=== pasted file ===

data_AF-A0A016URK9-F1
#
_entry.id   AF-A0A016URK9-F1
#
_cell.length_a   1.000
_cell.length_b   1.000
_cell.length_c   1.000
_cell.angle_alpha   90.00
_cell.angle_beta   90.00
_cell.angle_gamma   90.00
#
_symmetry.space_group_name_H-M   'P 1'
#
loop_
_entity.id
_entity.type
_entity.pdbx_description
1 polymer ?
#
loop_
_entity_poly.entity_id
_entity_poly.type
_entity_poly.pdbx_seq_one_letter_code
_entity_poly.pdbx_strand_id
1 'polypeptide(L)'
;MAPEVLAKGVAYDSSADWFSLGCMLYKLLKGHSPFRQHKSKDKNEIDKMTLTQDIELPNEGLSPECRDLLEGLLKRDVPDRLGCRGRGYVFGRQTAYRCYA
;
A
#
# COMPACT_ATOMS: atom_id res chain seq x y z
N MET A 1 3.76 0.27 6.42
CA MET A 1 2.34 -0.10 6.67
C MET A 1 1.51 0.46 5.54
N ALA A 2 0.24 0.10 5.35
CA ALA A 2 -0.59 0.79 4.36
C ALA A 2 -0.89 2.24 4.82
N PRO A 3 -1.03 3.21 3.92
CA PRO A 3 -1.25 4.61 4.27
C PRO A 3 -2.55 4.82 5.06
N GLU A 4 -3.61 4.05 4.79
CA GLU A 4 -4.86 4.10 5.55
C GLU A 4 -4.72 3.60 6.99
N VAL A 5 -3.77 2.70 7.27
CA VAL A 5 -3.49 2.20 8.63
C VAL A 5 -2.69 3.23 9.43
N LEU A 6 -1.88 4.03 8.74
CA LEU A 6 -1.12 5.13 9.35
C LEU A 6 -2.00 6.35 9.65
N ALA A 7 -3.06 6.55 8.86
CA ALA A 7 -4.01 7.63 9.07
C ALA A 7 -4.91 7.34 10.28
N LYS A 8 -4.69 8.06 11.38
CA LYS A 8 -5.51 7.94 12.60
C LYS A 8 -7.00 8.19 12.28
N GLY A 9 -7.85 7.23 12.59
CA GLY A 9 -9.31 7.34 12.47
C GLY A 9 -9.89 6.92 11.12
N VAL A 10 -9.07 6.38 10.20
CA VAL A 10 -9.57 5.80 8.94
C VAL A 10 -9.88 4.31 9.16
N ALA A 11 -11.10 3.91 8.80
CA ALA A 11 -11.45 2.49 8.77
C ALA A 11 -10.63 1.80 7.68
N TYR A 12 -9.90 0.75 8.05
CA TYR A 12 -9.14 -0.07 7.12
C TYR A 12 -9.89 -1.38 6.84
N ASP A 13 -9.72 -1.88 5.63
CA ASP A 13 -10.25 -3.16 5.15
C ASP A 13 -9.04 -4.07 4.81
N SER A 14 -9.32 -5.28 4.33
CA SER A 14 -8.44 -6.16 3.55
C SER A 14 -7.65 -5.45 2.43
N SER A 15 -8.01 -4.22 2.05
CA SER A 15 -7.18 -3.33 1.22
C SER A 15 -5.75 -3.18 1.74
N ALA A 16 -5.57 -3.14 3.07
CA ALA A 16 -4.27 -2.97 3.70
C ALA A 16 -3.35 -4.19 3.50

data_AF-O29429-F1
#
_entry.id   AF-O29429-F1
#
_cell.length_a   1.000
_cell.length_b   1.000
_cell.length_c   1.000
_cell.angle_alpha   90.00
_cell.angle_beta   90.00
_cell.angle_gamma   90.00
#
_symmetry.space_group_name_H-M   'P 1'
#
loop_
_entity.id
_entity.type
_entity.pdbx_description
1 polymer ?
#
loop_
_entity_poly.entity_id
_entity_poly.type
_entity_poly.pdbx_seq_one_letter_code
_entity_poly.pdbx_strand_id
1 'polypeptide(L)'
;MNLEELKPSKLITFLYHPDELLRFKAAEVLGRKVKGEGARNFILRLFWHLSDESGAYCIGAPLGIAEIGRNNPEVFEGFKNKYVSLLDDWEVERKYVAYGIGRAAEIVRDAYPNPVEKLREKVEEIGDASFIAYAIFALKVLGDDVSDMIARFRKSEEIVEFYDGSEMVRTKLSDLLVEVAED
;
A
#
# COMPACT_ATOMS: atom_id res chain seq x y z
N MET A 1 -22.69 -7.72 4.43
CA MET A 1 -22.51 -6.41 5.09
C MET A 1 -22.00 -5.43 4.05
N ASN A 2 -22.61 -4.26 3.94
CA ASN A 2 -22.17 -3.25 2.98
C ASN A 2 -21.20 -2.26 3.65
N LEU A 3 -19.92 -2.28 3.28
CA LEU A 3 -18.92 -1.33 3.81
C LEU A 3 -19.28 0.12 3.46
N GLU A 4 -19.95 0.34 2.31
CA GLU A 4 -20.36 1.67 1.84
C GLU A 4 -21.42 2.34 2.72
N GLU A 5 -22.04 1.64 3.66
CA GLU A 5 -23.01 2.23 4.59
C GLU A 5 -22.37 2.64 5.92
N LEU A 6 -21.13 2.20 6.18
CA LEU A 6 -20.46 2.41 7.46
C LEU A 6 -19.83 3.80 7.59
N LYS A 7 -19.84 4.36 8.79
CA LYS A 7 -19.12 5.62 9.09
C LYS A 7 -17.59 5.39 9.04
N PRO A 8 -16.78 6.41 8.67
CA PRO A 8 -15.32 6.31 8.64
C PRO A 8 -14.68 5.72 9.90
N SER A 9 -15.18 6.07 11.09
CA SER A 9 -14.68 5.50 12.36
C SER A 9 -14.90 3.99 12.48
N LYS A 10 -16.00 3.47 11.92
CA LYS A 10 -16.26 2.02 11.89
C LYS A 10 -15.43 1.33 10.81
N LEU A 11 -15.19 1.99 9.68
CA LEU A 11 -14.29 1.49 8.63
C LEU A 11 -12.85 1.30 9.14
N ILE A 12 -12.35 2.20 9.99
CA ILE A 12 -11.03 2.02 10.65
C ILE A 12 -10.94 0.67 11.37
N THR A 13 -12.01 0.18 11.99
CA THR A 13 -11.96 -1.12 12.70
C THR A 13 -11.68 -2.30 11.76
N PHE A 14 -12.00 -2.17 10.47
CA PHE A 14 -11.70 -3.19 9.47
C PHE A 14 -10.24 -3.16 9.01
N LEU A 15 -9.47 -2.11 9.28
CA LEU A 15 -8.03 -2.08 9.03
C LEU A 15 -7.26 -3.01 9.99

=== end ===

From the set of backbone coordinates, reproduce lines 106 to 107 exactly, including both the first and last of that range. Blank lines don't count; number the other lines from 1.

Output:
A
#